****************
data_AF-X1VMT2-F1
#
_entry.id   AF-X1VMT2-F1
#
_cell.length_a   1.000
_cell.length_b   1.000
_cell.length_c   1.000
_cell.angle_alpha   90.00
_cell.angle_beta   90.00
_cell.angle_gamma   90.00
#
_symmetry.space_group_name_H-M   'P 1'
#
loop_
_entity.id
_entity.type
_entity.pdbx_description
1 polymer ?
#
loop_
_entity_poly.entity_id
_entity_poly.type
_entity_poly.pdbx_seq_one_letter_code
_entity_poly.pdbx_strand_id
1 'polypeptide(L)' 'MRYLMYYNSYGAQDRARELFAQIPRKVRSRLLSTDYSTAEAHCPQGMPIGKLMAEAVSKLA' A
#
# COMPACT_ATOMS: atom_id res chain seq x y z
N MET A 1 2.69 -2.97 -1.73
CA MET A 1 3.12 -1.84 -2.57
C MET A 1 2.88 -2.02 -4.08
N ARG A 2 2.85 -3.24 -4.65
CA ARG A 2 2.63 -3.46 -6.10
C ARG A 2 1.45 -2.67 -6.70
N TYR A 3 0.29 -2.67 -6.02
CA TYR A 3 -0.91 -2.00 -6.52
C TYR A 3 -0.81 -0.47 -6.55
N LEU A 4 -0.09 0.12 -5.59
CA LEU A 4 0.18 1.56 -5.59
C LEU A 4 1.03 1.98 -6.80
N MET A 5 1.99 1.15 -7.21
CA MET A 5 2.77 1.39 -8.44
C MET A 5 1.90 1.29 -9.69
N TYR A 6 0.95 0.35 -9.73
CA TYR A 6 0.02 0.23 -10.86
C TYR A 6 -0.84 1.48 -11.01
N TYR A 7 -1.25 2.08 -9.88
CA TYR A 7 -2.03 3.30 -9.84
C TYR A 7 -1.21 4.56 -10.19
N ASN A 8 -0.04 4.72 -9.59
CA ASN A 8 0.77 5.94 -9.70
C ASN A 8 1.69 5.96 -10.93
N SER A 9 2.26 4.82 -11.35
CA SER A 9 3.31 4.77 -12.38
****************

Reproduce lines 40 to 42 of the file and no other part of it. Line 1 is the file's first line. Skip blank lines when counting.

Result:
N MET A 5 1.99 1.15 -7.21
CA MET A 5 2.77 1.39 -8.44
C MET A 5 1.90 1.29 -9.69